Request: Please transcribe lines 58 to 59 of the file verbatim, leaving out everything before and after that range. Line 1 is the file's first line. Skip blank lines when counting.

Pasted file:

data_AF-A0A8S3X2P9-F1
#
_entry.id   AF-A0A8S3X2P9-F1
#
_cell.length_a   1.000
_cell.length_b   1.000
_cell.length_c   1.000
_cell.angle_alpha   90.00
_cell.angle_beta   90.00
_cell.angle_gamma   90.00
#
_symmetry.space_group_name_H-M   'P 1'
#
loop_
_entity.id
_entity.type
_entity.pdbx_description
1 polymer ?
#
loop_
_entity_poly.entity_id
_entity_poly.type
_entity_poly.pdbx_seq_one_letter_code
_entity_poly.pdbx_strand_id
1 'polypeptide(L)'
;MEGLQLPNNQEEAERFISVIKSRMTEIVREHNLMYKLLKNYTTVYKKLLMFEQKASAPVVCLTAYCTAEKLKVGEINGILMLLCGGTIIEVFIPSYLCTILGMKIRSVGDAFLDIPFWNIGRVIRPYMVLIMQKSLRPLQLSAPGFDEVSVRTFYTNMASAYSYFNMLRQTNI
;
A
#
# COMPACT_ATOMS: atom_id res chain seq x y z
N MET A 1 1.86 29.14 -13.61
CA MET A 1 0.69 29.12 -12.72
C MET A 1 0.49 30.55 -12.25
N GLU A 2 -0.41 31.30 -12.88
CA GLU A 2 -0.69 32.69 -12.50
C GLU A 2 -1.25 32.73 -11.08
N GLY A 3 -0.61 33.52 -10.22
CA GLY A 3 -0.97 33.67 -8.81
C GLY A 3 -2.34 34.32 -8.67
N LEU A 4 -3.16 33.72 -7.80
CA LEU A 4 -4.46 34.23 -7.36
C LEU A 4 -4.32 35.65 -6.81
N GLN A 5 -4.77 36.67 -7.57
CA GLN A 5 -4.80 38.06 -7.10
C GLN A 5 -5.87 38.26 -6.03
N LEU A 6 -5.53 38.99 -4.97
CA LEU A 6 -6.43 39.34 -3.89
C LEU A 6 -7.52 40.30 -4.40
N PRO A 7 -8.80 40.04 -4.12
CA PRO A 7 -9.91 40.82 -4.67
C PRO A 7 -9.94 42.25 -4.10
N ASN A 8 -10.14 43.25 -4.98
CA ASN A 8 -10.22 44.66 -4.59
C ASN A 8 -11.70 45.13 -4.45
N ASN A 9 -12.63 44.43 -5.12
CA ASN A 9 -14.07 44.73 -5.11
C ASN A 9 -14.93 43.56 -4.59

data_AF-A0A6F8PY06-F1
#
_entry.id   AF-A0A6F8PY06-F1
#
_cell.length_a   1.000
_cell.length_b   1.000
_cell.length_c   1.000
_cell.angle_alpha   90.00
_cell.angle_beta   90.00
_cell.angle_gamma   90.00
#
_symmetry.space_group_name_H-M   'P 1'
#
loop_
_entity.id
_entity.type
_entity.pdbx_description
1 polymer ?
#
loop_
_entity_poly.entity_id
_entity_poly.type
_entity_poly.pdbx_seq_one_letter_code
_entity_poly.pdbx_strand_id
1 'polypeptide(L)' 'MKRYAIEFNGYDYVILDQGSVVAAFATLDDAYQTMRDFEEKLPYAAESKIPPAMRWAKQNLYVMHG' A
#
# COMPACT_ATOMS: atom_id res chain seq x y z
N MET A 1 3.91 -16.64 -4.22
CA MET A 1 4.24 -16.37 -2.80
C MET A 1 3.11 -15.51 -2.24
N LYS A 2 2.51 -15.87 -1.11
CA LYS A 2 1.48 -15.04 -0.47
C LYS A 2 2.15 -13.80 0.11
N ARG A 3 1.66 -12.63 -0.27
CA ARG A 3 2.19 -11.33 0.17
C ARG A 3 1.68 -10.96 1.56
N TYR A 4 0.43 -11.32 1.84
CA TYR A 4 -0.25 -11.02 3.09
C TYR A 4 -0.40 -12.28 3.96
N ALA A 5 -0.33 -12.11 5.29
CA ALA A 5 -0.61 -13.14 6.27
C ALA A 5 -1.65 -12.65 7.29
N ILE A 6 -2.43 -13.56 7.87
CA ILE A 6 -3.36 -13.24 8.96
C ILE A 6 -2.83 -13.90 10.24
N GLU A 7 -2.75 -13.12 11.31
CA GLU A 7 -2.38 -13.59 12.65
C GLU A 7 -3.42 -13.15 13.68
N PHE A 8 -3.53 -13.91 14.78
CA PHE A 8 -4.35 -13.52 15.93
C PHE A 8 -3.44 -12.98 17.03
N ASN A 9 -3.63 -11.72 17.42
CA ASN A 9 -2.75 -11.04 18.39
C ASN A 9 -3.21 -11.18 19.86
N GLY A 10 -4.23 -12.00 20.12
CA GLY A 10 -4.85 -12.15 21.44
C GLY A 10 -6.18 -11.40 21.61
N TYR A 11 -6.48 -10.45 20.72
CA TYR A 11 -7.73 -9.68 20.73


data_AF-A0A6F8PY06-F1
#